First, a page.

China’s rise is an opportunity

China is not our problem. China’s rise is rather an opportunity. Our success is going to depend on what we choose to excel at and where we choose to go – and less so on what China is doing. In the area of starting and growing business into major enterprises, Americans have no equal. American companies can compete with and out-manage China’s state-owned enterprises. If American-based companies believe that they cannot out-compete Chinese state-owned enterprises, then we have a bigger problem than we once thought. One remarkable aspect of China’s precipitous rise as an economic power has been its activities in Africa.

China has surpassed the United States in market share of foreign, direct investments in Africa. The Chinese have moved with dispatch to lock up vital natural resources, such as copper mines in Zambia, and agricultural land across Sub-Saharan Africa. China’s great export to Africa is labor. The Chinese have dominated the building of infrastructure in Africa, including soccer stadiums in countries like Tanzania and hydro-electric power plants and railroads in Ethiopia. What they have not mastered is the development of small and medium enterprises (SMEs) that are the leading edge of economic growth in Africa. Africa is growing not because large companies are investing in extractive industries, but because the local economies are growing.

Out of Africa: Our past and our future

Investing in and developing SMEs in Africa would represent a significant paradigm shift from the exclusively extractive investments of the past and present. Investments in SMEs can be a compliment to large, extractive and infrastructure projects. SMEs are a way to tap into the mainstream of African economies and to benefit directly in the long term growth of the high potential economies in this region. Ethiopia, for example, a country of over 90 million people, is growing at more than 11% per annum, according to the Wall Street Journal. A U.S. ally, they are part of the East African region of over 320 million people, which includes oil rich Sudan, Uganda, Tanzania and Kenya. As these economies develop, there is a pent-up demand for American know-how and ingenuity, not to mention American goods and services.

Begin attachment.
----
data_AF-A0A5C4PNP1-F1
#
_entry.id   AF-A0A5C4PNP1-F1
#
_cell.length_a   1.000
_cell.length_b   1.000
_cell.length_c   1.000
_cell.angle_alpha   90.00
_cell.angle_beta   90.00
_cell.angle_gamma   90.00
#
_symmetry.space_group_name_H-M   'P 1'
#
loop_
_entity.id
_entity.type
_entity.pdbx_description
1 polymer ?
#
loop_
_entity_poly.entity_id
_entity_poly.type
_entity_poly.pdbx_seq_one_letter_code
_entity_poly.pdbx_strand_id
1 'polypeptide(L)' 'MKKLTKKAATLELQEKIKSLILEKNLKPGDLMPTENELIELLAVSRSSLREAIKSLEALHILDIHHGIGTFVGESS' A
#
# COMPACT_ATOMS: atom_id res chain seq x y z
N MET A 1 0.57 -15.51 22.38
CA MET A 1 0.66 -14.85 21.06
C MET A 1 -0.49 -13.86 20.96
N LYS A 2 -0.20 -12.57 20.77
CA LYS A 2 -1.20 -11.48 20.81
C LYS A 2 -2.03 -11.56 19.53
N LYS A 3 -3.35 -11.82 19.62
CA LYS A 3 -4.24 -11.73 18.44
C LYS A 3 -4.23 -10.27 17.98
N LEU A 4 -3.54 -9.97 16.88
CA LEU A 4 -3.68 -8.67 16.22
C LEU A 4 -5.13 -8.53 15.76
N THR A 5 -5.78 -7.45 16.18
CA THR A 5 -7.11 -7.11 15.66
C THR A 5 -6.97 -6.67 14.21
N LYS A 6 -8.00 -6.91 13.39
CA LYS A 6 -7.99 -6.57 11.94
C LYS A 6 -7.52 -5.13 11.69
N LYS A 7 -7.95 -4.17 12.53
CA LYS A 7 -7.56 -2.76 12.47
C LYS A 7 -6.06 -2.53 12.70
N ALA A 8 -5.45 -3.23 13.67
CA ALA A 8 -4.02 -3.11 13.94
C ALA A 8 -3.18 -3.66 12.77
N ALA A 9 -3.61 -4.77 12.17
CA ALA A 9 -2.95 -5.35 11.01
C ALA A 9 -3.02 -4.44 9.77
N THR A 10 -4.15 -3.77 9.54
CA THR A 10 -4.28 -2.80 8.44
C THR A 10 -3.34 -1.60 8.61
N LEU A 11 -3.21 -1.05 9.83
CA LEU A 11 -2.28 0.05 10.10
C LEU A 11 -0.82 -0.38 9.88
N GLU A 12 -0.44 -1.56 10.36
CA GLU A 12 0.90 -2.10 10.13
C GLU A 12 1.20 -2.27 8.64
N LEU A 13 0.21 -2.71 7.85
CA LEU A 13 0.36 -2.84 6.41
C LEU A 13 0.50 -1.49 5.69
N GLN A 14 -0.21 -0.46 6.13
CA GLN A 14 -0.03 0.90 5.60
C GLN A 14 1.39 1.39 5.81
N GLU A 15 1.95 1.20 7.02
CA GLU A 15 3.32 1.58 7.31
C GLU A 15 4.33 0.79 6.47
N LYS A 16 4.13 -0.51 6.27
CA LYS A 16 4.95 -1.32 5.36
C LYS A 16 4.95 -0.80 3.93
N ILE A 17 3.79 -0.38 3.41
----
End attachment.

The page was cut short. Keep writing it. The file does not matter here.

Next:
The Africans are absolutely incredulous that with the first African American president in office, China is dominating the continent economically. The last time they remember a strong American interest in the continent was during the George W. Bush Administration. President Bush took a strong and personal interest in Africa and the Africans he touched remember him well. He went to Africa to help, not to exploit, as the Chinese are doing by exporting prison labor that displaces Africans seeking jobs. And the Africans are looking for the follow-up. Yet, despite China’s dominance on the continent, Africans still feel an affinity for the United States that China could not possibly replicate. Africans do not look to China for a way of life to emulate. They look to the Unites States as the model.

What should we do to continue as the strongest economy in the world? We should lead with our strengths, exercise our ingenuity and deploy our enviable culture.

About Radnor Reports

Ken Feltman is past-president of the International Association of Political Consultants and the American League of Lobbyists. He is retired chairman of Radnor Inc., an international political consulting and government relations firm in Washington, D.C. Feltman founded the U.S. and European Conflict Indexes in 1988. The indexes have predicted the winner of every U.S. presidential election beginning in 1988, plus the outcome of several European elections. In May of 2010, the Conflict Index was used by university students in Egypt. The Index predicted the fall of the Mubarak government within the next year.